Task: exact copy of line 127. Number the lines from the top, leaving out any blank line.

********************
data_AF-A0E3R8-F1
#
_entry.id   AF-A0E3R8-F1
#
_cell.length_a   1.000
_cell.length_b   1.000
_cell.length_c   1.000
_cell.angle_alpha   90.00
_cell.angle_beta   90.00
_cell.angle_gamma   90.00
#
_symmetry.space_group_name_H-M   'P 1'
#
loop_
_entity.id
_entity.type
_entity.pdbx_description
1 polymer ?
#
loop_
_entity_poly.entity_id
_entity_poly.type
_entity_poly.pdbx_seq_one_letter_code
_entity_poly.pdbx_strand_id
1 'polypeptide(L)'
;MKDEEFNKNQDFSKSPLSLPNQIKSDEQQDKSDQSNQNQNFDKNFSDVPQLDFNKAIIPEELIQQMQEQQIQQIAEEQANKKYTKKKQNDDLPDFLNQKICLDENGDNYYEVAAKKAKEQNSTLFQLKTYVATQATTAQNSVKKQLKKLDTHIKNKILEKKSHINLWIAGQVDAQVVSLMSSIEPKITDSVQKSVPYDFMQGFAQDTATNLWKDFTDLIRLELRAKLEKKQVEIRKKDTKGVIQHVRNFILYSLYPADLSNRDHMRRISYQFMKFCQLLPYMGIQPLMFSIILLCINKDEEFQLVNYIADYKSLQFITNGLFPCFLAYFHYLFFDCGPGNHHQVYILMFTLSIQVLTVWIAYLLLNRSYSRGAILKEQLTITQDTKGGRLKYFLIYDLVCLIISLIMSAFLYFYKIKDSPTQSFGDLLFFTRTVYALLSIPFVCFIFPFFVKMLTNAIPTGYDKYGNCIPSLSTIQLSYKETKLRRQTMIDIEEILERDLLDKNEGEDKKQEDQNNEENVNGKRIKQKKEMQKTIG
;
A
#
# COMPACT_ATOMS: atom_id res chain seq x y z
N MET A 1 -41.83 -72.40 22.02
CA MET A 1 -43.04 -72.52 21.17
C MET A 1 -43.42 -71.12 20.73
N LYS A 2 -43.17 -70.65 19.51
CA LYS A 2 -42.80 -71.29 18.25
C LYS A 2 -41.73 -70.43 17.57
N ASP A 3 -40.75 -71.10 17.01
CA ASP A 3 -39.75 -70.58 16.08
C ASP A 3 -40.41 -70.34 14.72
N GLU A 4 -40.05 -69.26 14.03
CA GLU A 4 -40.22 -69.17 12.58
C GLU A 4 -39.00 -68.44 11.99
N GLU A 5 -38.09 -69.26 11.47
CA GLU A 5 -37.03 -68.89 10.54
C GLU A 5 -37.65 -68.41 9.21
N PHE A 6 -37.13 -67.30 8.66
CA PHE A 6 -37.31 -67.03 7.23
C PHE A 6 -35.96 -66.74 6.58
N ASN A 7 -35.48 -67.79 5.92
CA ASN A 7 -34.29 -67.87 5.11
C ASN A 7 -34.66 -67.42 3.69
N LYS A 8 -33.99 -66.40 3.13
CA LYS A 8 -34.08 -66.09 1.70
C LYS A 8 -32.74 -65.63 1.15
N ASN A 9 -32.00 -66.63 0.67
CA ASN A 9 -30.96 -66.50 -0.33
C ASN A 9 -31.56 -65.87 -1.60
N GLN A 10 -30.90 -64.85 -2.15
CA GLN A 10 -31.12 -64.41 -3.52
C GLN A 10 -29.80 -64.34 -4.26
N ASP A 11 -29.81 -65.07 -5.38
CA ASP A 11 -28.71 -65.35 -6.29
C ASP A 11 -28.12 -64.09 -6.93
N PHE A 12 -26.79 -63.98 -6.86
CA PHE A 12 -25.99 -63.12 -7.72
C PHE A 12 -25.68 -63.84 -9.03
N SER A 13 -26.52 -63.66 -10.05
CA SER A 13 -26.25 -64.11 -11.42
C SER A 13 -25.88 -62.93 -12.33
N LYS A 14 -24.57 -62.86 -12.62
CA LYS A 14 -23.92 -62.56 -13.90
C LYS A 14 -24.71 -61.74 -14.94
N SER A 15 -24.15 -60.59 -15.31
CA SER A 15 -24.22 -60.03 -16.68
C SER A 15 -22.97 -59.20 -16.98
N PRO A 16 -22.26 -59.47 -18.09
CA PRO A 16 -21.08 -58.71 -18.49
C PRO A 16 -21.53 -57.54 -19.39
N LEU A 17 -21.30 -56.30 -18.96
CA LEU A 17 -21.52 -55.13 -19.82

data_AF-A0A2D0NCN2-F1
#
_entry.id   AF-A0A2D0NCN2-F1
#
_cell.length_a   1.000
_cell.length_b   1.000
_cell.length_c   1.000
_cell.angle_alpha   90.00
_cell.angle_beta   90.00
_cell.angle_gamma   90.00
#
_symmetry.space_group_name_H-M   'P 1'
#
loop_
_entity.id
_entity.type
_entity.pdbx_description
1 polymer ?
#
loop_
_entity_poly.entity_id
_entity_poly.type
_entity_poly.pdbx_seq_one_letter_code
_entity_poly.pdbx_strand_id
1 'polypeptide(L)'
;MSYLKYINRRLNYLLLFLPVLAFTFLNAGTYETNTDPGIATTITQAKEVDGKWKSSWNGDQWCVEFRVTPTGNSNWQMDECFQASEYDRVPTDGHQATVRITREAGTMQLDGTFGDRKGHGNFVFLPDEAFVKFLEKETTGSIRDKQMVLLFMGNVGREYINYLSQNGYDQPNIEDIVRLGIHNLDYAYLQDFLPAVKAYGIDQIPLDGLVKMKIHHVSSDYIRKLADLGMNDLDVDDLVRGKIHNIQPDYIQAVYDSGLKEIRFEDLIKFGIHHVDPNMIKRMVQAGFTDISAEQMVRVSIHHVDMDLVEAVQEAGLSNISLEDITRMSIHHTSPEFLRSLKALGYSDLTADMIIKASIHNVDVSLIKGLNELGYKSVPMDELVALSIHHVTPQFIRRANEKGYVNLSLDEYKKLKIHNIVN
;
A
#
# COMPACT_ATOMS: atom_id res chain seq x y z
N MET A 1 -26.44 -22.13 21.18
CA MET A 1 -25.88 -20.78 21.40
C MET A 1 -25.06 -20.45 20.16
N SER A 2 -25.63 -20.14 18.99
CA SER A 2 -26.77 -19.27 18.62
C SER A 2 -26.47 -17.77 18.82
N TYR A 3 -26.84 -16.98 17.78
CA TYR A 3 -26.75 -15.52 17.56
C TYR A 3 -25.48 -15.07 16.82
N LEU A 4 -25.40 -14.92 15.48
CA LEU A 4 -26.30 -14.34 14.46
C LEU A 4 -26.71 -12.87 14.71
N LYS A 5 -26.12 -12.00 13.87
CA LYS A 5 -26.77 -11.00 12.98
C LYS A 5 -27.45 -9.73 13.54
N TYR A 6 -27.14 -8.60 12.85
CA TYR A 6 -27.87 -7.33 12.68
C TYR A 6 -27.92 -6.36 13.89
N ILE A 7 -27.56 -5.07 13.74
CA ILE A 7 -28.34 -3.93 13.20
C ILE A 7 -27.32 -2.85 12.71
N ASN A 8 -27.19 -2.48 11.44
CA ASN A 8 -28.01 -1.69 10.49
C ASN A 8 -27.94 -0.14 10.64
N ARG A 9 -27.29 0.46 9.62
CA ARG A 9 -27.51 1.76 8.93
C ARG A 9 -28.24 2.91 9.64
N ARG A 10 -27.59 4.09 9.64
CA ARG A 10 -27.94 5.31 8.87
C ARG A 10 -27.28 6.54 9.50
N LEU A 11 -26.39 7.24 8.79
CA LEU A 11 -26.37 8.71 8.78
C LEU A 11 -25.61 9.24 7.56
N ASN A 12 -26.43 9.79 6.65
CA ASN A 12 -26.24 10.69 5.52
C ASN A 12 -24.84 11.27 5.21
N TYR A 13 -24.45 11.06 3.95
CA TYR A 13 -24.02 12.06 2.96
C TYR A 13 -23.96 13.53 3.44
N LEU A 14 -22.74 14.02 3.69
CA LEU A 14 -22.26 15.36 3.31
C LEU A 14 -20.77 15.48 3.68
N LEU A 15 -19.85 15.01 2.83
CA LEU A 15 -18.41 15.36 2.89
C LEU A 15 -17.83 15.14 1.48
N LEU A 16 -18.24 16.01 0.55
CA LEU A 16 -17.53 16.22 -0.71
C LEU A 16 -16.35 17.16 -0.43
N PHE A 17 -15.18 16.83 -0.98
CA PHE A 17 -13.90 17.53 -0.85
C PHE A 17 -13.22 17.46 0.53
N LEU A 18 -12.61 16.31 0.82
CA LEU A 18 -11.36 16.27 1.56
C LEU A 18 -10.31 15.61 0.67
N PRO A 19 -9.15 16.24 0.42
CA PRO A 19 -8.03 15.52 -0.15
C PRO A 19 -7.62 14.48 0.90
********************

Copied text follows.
CA TYR A 6 -27.87 -7.33 12.68